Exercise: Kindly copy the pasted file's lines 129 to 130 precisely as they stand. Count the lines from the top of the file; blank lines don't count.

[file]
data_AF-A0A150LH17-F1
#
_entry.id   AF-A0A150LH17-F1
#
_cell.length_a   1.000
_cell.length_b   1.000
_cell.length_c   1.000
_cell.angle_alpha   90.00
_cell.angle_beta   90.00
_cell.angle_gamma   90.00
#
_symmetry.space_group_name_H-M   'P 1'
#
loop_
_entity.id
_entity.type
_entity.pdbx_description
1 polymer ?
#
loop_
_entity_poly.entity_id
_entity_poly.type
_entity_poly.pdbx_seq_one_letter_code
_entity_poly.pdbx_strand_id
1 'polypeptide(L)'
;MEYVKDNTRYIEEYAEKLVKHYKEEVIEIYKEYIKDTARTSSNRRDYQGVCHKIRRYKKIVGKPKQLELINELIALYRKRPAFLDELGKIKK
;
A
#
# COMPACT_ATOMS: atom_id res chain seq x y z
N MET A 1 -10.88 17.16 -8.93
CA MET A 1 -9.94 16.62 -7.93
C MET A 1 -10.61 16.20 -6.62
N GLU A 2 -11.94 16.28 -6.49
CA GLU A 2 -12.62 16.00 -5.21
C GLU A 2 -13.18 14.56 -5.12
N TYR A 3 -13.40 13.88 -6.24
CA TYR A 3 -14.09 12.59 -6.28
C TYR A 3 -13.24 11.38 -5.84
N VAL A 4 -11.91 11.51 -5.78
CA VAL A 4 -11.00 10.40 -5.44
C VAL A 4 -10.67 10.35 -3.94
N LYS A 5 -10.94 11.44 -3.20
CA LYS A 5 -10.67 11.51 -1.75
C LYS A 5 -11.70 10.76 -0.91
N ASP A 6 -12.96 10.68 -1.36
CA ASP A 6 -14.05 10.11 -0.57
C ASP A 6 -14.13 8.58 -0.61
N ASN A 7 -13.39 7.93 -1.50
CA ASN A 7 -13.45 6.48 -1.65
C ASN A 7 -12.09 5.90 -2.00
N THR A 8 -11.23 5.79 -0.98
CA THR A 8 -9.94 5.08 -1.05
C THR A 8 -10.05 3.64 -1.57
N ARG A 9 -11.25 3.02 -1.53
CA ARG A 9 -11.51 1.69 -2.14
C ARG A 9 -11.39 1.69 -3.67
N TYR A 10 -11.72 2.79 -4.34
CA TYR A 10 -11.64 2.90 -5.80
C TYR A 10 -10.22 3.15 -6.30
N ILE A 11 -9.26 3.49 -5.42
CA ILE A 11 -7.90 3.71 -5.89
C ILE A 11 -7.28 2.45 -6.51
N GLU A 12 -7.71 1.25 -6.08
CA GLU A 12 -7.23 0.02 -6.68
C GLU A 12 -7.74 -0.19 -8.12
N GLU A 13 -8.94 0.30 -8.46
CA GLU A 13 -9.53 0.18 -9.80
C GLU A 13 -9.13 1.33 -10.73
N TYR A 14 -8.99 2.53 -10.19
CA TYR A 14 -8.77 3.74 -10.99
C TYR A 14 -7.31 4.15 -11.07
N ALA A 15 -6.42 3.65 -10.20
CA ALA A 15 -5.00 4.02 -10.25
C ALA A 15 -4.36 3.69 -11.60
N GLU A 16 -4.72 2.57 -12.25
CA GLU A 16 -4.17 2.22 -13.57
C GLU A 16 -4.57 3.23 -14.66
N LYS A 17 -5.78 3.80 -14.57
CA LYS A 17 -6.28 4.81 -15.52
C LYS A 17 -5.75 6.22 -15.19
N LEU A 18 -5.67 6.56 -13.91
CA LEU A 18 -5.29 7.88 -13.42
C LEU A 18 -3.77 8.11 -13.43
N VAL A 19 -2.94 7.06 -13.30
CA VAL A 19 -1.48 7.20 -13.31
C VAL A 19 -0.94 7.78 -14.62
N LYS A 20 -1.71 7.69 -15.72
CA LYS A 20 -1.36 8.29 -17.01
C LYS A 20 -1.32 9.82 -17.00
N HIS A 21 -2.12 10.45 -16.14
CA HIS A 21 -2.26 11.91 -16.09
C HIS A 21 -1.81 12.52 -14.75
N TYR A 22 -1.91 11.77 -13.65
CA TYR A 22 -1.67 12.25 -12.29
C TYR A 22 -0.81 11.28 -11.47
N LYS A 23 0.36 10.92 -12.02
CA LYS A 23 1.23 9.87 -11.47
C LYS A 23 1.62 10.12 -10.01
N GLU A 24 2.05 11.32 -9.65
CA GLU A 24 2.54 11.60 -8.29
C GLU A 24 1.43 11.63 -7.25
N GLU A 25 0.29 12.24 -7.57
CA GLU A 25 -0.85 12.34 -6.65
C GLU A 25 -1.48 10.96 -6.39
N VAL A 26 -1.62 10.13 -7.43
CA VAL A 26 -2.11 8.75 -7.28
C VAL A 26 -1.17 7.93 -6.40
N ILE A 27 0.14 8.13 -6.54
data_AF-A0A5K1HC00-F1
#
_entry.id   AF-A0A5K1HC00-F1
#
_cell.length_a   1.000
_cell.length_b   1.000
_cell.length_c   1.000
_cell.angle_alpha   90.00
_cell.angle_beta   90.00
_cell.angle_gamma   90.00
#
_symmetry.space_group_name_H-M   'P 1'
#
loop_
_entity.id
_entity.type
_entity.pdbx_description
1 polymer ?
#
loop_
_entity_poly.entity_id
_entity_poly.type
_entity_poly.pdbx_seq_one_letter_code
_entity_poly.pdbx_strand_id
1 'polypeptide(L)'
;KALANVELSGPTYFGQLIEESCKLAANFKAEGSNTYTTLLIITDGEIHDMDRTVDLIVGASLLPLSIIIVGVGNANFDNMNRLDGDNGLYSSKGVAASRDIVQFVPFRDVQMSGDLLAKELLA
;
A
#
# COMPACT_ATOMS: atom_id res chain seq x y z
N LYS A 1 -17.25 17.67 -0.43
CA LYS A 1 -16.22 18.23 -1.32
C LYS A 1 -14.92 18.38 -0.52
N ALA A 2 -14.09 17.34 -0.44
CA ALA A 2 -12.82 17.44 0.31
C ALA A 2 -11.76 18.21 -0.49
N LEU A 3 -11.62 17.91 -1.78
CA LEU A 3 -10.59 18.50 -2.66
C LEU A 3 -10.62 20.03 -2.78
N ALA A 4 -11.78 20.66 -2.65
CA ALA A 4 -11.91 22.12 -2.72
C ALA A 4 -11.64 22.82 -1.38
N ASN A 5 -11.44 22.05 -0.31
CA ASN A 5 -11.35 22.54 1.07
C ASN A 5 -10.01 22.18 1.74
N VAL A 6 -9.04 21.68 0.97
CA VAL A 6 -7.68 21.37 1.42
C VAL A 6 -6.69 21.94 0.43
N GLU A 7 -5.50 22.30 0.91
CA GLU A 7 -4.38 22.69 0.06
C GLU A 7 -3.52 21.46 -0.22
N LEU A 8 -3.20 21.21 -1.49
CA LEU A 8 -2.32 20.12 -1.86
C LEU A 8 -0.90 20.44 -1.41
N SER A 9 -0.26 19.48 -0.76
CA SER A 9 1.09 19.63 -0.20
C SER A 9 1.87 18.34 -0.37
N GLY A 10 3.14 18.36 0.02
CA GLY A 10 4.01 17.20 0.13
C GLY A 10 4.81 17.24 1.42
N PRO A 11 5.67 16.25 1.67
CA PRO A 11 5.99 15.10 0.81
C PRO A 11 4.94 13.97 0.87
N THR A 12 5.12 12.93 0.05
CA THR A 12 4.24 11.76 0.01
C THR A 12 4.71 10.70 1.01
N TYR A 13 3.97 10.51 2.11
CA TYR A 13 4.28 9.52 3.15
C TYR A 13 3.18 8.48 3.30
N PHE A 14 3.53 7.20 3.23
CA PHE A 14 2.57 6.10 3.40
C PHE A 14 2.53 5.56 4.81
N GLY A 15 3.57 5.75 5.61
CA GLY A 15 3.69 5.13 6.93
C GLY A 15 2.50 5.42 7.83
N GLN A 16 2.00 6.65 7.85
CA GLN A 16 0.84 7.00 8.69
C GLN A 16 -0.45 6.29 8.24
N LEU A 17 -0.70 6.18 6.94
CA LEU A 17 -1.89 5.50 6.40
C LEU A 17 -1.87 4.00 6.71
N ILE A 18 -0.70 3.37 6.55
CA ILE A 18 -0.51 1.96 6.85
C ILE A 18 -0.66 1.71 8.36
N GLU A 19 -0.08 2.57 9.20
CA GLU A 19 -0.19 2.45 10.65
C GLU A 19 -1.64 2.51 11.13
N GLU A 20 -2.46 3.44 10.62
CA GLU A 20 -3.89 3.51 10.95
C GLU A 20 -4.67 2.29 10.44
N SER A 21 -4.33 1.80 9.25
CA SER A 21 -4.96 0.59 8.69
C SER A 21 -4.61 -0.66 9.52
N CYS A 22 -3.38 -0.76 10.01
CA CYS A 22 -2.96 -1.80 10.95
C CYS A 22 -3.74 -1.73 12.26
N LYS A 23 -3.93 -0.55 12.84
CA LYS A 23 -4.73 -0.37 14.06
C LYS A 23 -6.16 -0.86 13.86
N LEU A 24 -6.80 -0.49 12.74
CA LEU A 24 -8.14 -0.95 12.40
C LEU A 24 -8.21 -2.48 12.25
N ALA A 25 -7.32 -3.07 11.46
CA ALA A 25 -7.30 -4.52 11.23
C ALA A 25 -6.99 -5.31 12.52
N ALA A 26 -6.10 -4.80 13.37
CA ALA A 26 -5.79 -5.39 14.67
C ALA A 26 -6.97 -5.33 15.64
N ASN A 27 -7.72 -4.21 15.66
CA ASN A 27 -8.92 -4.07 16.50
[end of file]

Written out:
loop_
_entity_poly.entity_id